We have talked a lot about the efforts we went through to do the inside of the church building. But that wasn’t the only set of issues we had to deal with. The outside also needed to be considered. There are a lot more moving parts to this than we had ever dreamed of. We wanted to have a beautiful setting for the church, but since the outside is mostly parking lot, that left us with less options than we would have liked.
In thinking about the parking lot, we decided that rather than have the traditional asphalt jungle, we would instead design it where the parking rows had an area between them with trees and shrubs (in the places where there were no nice trees) and grass. The thinking was that no two cars would be facing each other, front bumper to front bumper. There would always be ground in between them and the ground would have either a tree, scrub, or at least grass on it. The lot started heavily wooded, so after choosing the location of the church, we began walking through the woods marking all the trees we deemed to be useful, trying to make sure we were walking in roughly straight lines. While there were a lot of pines and broken trees, we would up with a nice amount of oak, cedar, and even some ash. There were also a bunch of Bartlett Pears and Azaleas in there. We brought in an arborist who helped us get the design right. He could look at a tree and knew exactly what it was and how robust it was.
This took an exceedingly long time. One of the things we found helpful was to fly a drone over the property and had it take a lot of pictures. One of the parishioners’ children had a drone he was only too happy to introduce into the service of the cause. This was really cool. It could be brought in close or zoomed out far, so we were able to get an excellent perspective of the entire lot. Once we had these pictures, we were better able to lay out how we wanted the whole thing to flow.
Once the church location was determined, which was painful since no two people agreed on where it should go, it was relatively easy to lay out the parking lot and grounds. Another component of all this is that we wanted to have an acre or so of peaceful, tranquil, wooded trails bordered by beautiful gardens that parishioners could enjoy before or after services, meetings, or just whenever they needed some down time. The goal was to put seating along the trails for people to relax and enjoy it. Ideally we could have built a pond in the middle of it, but the available area was just not big enough to accommodate that and the budget would not have accommodated it even if the land did. We are big believers in the notion that the outdoors is healing to the soul. We wanted to separate the parking area from the more tranquil settings but wanted the barrier to be something as nondescript as possible. The first thought was Leland Pines but one of the staff had experience with these and found they are too prone to diseases. And once one or more die, you now have to remove it and replace it with a tree that would be much smaller. So we abandoned that. We really wanted something that was no maintenance since the maintenance on what we already have will be substantial. We wound up contacting a fence company and carefully selected a 6 foot tall white vinyl privacy fence that was fairly attractive, not too tall, and served the purpose. Shrubs or trees would have been preferable but nothing we could find were no-maintenance.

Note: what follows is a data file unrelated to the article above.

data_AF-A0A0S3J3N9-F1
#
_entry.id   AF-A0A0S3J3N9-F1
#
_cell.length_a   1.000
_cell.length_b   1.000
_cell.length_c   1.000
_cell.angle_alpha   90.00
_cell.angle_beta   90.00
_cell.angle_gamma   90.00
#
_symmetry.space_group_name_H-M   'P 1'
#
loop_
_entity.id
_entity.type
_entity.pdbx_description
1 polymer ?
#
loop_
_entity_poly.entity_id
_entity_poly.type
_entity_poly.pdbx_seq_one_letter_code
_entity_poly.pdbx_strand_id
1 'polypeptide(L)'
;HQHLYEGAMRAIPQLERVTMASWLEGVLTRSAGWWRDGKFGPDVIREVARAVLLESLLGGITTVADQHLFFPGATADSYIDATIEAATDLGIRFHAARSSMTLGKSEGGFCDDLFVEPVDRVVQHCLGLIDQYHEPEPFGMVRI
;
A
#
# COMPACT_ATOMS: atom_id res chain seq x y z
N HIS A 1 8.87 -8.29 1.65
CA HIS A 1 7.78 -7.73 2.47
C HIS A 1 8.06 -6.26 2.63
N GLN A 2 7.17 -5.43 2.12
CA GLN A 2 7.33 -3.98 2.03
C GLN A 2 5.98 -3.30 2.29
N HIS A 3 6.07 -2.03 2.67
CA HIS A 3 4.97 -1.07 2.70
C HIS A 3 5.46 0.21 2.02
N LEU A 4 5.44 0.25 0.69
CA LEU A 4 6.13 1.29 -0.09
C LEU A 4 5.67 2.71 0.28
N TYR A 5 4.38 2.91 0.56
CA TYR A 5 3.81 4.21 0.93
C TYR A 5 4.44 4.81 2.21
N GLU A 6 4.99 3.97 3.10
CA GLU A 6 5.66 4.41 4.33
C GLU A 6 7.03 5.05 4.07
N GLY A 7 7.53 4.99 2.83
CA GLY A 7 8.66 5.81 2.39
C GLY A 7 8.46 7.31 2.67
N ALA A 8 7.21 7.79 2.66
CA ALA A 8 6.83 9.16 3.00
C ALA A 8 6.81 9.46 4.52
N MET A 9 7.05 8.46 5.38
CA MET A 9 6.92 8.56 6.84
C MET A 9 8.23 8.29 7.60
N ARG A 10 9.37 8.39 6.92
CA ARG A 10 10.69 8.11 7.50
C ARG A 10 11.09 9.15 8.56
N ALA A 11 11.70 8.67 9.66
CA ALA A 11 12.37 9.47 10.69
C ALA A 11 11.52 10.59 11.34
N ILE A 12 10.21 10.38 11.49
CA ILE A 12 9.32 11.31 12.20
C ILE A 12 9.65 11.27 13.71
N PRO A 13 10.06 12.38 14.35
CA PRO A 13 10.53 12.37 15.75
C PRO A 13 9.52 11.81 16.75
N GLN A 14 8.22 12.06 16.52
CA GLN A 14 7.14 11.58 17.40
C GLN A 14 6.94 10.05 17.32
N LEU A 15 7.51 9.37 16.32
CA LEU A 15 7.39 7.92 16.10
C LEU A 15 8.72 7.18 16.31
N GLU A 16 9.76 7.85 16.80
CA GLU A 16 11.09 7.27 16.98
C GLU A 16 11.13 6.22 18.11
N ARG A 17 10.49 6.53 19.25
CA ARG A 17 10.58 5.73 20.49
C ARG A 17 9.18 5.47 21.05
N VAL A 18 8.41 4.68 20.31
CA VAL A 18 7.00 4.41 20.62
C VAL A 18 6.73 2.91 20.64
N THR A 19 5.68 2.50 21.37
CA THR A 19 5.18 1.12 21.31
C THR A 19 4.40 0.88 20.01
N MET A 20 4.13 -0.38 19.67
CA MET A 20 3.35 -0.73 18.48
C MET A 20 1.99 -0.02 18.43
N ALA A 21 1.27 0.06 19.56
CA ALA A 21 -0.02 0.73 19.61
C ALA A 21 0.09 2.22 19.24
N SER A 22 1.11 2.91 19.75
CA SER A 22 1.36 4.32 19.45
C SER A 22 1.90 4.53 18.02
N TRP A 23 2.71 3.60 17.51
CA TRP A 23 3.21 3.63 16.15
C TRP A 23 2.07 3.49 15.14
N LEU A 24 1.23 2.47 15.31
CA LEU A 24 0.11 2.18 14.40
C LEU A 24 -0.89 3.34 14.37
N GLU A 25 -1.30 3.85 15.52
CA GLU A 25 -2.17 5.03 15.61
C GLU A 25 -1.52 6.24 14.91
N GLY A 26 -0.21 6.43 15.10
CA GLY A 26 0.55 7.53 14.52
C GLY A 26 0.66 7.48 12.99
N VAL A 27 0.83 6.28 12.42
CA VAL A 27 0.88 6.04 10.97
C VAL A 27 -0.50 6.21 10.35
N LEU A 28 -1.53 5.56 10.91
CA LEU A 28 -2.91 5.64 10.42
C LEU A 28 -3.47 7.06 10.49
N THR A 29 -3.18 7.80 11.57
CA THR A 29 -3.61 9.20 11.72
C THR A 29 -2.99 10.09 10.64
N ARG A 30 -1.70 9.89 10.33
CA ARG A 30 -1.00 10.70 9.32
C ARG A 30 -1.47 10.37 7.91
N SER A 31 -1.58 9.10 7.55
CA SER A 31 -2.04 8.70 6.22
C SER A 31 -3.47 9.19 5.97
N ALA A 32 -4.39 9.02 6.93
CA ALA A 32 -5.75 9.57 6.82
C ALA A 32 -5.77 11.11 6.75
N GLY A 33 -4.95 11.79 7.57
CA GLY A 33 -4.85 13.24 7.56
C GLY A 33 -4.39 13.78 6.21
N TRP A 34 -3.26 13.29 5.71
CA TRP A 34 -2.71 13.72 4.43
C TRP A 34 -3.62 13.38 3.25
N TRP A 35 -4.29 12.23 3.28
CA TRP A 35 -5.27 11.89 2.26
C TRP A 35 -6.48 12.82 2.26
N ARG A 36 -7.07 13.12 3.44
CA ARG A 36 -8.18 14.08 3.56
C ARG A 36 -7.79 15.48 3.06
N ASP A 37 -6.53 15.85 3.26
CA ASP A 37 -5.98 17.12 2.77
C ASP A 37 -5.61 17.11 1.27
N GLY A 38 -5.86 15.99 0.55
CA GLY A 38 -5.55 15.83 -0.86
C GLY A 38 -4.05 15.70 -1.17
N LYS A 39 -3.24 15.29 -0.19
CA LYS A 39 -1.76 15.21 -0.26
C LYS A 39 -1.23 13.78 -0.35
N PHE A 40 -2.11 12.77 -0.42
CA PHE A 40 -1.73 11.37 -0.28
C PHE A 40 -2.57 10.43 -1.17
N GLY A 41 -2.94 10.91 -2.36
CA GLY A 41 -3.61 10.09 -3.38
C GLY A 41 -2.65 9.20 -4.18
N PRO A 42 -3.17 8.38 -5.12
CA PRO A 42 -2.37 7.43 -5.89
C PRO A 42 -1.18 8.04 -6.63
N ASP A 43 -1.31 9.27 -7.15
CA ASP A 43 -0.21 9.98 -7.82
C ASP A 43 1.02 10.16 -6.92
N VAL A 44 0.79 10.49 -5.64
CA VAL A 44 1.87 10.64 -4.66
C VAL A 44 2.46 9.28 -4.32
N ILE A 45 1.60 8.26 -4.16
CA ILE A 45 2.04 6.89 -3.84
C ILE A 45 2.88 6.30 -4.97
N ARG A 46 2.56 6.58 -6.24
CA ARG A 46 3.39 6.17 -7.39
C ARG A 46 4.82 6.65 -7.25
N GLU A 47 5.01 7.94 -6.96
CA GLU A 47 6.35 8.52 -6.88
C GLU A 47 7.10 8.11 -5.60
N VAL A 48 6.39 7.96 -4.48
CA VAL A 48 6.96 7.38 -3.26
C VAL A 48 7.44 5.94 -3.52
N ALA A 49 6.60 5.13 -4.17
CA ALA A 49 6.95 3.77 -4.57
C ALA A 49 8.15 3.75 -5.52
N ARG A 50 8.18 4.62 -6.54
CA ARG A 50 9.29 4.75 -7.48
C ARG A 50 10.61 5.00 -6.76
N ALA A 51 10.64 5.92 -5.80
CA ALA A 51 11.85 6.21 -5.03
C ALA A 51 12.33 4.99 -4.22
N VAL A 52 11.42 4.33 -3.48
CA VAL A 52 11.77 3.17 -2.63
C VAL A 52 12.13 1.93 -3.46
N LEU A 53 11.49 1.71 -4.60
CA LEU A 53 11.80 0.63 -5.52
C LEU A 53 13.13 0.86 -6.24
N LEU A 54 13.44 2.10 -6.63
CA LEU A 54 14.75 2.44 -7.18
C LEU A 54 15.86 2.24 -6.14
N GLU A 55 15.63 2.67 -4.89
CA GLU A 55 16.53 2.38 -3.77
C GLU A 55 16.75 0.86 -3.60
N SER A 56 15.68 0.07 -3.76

Once the land was cleared by a tree service, we laid out the exact locations of everything using stakes and string to map it all out. Before doing anything on the outside, the church was built. The details of that are laid out on the Church Construction page. The grounds part of these projects must come at the end once all the heavy equipment is out of there. We had a route of ingress and egress laid out to minimize the damage to trees and other flora we wanted to preserve as best as possible. We brought in a fence company that constructed a temporary fence to help protect the most important things and also had them put in decorative fences around part of the parking lot, part of the walking trail, and a couple of the trees and shrubs we were trying to protect once the project was completed.
One last thing we were cognizant of was to try to prevent tree limbs from overhanging the roof. Several of us have had problems with our homes having this problem and since we were starting from scratch, it seemed we should go out of our way to insure any trees close to the buildings were not big trees. At the direction of a roofing company, we opted for 50 year architectural shingles. They advised it would not last 50 years, but 30 to 40 was not out of the question, particularly with the care we were taking to insure no damaging limbs, leaves, squirrels, or other components of nature would be affecting it.
Once all that was done, almost a year later, we finally got to doing the grounds.
In the interest of trying to stay green, we are exploring solar panels for the roof. While they still seem awfully expensive, they sure are efficient. We seeked advice from a veteran-owned company that, among other products and services, sells solar panels in the mid-Atlantic. They explained the whole operation to us and advised that the cost should come down quite a bit over the next couple years due to the growing adoption of solar fields in an increasing number of communities around the country. So we are holding off for now but will revisit this annually.